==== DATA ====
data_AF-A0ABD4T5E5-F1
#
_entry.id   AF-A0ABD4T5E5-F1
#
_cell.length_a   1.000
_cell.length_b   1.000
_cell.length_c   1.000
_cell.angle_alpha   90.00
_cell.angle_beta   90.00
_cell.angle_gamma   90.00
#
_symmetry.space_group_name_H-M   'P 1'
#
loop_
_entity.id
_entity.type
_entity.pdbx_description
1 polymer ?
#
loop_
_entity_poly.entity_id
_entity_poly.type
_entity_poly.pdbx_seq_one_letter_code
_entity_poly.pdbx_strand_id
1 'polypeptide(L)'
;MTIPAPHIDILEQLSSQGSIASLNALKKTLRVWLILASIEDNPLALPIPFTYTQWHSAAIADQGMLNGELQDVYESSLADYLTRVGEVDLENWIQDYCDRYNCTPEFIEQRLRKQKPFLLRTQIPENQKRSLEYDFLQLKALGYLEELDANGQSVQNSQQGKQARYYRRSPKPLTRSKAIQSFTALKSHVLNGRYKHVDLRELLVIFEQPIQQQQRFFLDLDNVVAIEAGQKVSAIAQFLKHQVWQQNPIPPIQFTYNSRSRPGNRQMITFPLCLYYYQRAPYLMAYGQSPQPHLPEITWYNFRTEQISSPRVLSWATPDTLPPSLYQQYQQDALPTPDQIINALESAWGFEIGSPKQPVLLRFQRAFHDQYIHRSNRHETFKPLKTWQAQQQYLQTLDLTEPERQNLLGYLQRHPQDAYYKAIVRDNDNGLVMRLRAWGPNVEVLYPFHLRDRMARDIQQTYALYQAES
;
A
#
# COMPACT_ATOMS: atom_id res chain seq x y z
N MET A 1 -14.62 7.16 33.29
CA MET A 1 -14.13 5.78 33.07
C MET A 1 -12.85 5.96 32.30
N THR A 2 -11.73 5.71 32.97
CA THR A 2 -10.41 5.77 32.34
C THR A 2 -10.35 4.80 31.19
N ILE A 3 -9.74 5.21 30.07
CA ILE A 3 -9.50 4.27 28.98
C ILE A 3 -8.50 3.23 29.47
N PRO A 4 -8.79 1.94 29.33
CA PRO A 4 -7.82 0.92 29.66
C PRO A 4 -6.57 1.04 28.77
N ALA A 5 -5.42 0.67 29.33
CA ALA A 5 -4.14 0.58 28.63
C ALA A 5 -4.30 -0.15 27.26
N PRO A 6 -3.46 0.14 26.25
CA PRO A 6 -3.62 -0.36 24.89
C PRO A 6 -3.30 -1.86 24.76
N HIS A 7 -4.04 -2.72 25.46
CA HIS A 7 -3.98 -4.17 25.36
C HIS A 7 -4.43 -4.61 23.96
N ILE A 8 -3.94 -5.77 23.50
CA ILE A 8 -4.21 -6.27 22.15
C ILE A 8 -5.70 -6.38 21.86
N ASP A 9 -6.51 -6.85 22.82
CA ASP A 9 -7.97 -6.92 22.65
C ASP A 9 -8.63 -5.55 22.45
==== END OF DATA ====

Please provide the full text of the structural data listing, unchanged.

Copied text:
data_AF-A0ABD4T5E5-F1
#
_entry.id   AF-A0ABD4T5E5-F1
#
_cell.length_a   1.000
_cell.length_b   1.000
_cell.length_c   1.000
_cell.angle_alpha   90.00
_cell.angle_beta   90.00
_cell.angle_gamma   90.00
#
_symmetry.space_group_name_H-M   'P 1'
#
loop_
_entity.id
_entity.type
_entity.pdbx_description
1 polymer ?
#
loop_
_entity_poly.entity_id
_entity_poly.type
_entity_poly.pdbx_seq_one_letter_code
_entity_poly.pdbx_strand_id
1 'polypeptide(L)'
;MTIPAPHIDILEQLSSQGSIASLNALKKTLRVWLILASIEDNPLALPIPFTYTQWHSAAIADQGMLNGELQDVYESSLADYLTRVGEVDLENWIQDYCDRYNCTPEFIEQRLRKQKPFLLRTQIPENQKRSLEYDFLQLKALGYLEELDANGQSVQNSQQGKQARYYRRSPKPLTRSKAIQSFTALKSHVLNGRYKHVDLRELLVIFEQPIQQQQRFFLDLDNVVAIEAGQKVSAIAQFLKHQVWQQNPIPPIQFTYNSRSRPGNRQMITFPLCLYYYQRAPYLMAYGQSPQPHLPEITWYNFRTEQISSPRVLSWATPDTLPPSLYQQYQQDALPTPDQIINALESAWGFEIGSPKQPVLLRFQRAFHDQYIHRSNRHETFKPLKTWQAQQQYLQTLDLTEPERQNLLGYLQRHPQDAYYKAIVRDNDNGLVMRLRAWGPNVEVLYPFHLRDRMARDIQQTYALYQAES
;
A
#
# COMPACT_ATOMS: atom_id res chain seq x y z
N MET A 1 -14.62 7.16 33.29
CA MET A 1 -14.13 5.78 33.07
C MET A 1 -12.85 5.96 32.30
N THR A 2 -11.73 5.71 32.97
CA THR A 2 -10.41 5.77 32.34
C THR A 2 -10.35 4.80 31.19
N ILE A 3 -9.74 5.21 30.07
CA ILE A 3 -9.50 4.27 28.98
C ILE A 3 -8.50 3.23 29.47
N PRO A 4 -8.79 1.94 29.33
CA PRO A 4 -7.82 0.92 29.66
C PRO A 4 -6.57 1.04 28.77
N ALA A 5 -5.42 0.67 29.33
CA ALA A 5 -4.14 0.58 28.63
C ALA A 5 -4.30 -0.15 27.26
N PRO A 6 -3.46 0.14 26.25
CA PRO A 6 -3.62 -0.36 24.89
C PRO A 6 -3.30 -1.86 24.76
N HIS A 7 -4.04 -2.72 25.46
CA HIS A 7 -3.98 -4.17 25.36
C HIS A 7 -4.43 -4.61 23.96
N ILE A 8 -3.94 -5.77 23.50
CA ILE A 8 -4.21 -6.27 22.15
C ILE A 8 -5.70 -6.38 21.86
N ASP A 9 -6.51 -6.85 22.82
CA ASP A 9 -7.97 -6.92 22.65
C ASP A 9 -8.63 -5.55 22.45